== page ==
A member of the woodwind family, the flute is one of the world’s oldest known musical instruments, with early examples dating back over 35,000 years. Each musician’s personal preference and experience level will be a determining factor in selecting a flute with a wide array of choices in terms of brand, metal combination and tone colors.
The best flutes provided on these lists serve as a great starting point for finding a suitable instrument. They’re all produced by reputable brands using craftsman-level manufacturing techniques with each instrument built from high-quality, industry-standard materials to facilitate great sound production and accurate intonation. For more help selecting the best flute to meet your needs, check out our buyers guide listed below.
Muramatsu DS Flute
Powell Handmade Conservatory Silver Flute
Haynes Handmade Drawn Tone Hole Model Professional Flute
Yamaha YFL-221 Student Flute
Pearl PF500 500 Series Student Flute with Case
Gemeinhardt 2SP Series Student Flute
Muramatsu DS Flute
The Muramatsu DS features a complete solid silver construction with a handmade headjoint which has been carefully researched, designed and tested to allow players to produce a wide range of great tone colors. The drawn tone holes and the raised area the keys cover are shaped using the material of the flute body itself. This makes the flute lighter in weight and provides less resistance when blowing for an open, easy responding sound.
Keys are attached to the instrument via the French pointed arm system where the rods pass through the center of the keys for maximum facility and provide reliable sealing of the pads to avoid leaks. The DS model comes standard with a D-sharp roller key to make tricky key combinations easier to navigate. The white gold springs are flexible, enabling quick and responsive key action. The Muramatsu DS is available with an inline or offset G-key, with or without a split E mechanism or a C-sharp trill key, depending on the personal sound and preferences of the player.
Powell Handmade Conservatory Silver Flute
From head to foot, Powell’s Sterling Silver Handmade Conservatory series flute is constructed out of solid silver. Its design is made for a resonant, vibrant sound with great projection. Pin-less construction eliminates very small needles connecting keys to the instruments mechanics thereby reducing risk of damage and corrosion to the delicate key system. The key mechanics have been adjusted to provide a smooth, easy to manipulate action.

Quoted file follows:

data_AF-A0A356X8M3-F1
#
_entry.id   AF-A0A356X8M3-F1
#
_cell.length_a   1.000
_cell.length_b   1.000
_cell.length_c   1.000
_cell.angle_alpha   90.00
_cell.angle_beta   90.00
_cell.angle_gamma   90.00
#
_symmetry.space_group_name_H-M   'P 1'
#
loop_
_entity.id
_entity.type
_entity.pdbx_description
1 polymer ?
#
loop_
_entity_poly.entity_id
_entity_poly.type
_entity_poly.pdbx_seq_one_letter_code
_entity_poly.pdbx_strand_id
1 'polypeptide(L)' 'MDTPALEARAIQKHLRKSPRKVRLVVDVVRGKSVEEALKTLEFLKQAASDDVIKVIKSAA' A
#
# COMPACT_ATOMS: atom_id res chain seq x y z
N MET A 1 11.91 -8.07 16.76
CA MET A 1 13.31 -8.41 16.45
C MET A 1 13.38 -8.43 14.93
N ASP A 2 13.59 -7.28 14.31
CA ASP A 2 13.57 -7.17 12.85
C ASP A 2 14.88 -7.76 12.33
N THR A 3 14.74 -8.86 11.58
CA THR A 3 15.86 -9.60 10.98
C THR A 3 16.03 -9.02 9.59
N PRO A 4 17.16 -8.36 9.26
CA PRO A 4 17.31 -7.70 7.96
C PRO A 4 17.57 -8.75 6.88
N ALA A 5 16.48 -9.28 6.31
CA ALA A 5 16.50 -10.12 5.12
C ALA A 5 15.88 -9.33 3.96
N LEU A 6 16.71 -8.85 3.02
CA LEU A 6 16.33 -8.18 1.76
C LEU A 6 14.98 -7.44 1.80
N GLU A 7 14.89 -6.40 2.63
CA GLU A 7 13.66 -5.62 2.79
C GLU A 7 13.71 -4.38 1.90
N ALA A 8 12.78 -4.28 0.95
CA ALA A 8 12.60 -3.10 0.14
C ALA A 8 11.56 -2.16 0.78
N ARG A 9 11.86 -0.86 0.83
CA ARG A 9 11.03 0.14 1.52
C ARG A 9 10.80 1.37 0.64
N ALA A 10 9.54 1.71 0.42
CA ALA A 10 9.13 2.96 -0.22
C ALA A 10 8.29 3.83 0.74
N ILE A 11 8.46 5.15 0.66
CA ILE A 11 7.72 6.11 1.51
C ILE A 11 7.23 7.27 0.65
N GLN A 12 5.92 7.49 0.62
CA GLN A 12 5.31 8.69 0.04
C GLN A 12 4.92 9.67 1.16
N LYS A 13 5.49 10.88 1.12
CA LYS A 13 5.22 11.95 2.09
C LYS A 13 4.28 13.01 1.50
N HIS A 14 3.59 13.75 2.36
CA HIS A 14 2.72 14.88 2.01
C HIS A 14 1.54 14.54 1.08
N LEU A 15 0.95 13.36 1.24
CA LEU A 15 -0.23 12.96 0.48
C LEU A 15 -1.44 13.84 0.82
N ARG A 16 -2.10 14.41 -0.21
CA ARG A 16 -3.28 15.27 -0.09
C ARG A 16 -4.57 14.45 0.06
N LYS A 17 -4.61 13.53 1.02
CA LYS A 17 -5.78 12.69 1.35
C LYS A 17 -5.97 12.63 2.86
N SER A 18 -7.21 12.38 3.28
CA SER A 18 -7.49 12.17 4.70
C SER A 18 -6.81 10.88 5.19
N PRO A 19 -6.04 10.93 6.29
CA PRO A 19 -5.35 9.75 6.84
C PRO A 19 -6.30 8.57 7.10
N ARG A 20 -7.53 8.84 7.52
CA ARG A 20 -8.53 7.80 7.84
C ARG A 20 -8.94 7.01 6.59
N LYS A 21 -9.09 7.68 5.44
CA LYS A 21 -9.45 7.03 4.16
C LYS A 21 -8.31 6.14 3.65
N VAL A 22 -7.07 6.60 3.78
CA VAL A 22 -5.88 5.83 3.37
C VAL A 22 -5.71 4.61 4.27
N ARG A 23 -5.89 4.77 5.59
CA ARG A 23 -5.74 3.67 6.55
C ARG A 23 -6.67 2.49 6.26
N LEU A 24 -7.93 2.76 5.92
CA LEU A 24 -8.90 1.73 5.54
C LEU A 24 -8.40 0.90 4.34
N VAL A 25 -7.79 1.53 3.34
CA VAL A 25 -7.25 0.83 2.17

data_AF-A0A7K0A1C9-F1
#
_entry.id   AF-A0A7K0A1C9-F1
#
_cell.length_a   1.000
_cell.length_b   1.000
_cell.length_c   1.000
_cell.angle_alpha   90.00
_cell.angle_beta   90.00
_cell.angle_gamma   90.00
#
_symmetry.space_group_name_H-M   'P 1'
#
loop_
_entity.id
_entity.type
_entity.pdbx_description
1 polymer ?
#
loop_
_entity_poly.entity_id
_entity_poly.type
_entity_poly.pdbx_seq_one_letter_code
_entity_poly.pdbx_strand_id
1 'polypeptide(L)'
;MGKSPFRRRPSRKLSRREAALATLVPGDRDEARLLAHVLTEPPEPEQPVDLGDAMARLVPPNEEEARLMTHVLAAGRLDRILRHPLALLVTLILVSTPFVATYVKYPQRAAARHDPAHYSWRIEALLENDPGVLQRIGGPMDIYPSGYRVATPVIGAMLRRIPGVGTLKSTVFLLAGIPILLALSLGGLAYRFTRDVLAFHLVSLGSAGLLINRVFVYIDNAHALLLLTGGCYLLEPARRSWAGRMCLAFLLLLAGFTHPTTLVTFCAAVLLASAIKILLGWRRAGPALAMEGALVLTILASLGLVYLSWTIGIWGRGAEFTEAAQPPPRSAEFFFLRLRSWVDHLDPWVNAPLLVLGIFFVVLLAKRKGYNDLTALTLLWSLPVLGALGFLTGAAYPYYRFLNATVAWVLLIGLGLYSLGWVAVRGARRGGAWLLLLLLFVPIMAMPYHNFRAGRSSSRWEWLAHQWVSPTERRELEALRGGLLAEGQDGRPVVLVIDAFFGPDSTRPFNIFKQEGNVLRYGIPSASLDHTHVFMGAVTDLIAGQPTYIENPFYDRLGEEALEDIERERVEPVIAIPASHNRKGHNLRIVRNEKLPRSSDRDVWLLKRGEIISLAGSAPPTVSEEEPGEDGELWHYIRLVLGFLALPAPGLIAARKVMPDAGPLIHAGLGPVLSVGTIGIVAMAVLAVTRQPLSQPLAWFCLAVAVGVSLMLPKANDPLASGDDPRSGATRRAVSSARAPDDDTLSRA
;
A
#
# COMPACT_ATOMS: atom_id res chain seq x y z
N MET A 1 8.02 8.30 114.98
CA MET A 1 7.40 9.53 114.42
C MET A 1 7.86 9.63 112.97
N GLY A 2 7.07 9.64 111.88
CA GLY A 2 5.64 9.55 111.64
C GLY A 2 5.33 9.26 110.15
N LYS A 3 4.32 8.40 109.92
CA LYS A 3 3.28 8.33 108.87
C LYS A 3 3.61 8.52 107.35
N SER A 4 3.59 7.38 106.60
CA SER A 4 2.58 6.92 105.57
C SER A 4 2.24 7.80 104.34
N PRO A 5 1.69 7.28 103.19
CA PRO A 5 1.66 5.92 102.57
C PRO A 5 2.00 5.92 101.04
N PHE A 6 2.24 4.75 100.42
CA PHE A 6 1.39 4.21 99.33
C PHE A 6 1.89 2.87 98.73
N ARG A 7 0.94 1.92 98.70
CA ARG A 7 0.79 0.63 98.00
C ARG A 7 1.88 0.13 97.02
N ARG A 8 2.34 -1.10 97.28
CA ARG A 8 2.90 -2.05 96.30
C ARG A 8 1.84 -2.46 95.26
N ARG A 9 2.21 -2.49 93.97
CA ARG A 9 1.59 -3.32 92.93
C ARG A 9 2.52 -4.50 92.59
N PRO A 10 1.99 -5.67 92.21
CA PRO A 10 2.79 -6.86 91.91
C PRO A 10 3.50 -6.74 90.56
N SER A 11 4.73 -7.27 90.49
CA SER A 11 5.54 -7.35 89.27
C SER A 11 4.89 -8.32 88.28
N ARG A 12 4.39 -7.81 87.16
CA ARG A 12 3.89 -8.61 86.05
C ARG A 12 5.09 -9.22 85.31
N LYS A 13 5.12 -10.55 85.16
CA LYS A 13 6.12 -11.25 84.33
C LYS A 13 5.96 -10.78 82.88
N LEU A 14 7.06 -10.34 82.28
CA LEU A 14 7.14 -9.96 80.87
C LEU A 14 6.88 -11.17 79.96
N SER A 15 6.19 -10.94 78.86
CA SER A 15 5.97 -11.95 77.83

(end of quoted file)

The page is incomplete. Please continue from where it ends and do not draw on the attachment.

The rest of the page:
Powell offers three choices of handmade head joints with this flute: The Philharmonic for more resistance when blowing, the Soloist with a more curved lip plate for better dynamic or volume control, and the Venti to produce sound with a lot of depth and resonance in the highest notes. In terms of the key system, the Handmade Conservatory model is available with an inline or offset-G key and with or without a split E-key and C-sharp trill key for player’s personal preference.
Haynes Handmade Drawn Tone Hole Model Professional Flute
The Haynes Handmade Drawn Tone Hole model flute is constructed out of solid silver including the body, foot and headjoint. Drawn tone holes are shaped using the material of the flute body itself instead of soldering on additional metal thus providing less resistance when blowing making it a more responsive flute. Sturdy Y-arms attach the keys to the instrument while pin-less construction eliminates needles connecting the keys to the mechanics thus reducing the risk of damage and corrosion to the delicate key system. A gizmo key is included to counteract the additional B-foot key allowing notes in the upper register to respond better. The Haynes Handmade Drawn Tone Hole model flute is ideal for the flautist looking for a rich, deep tone.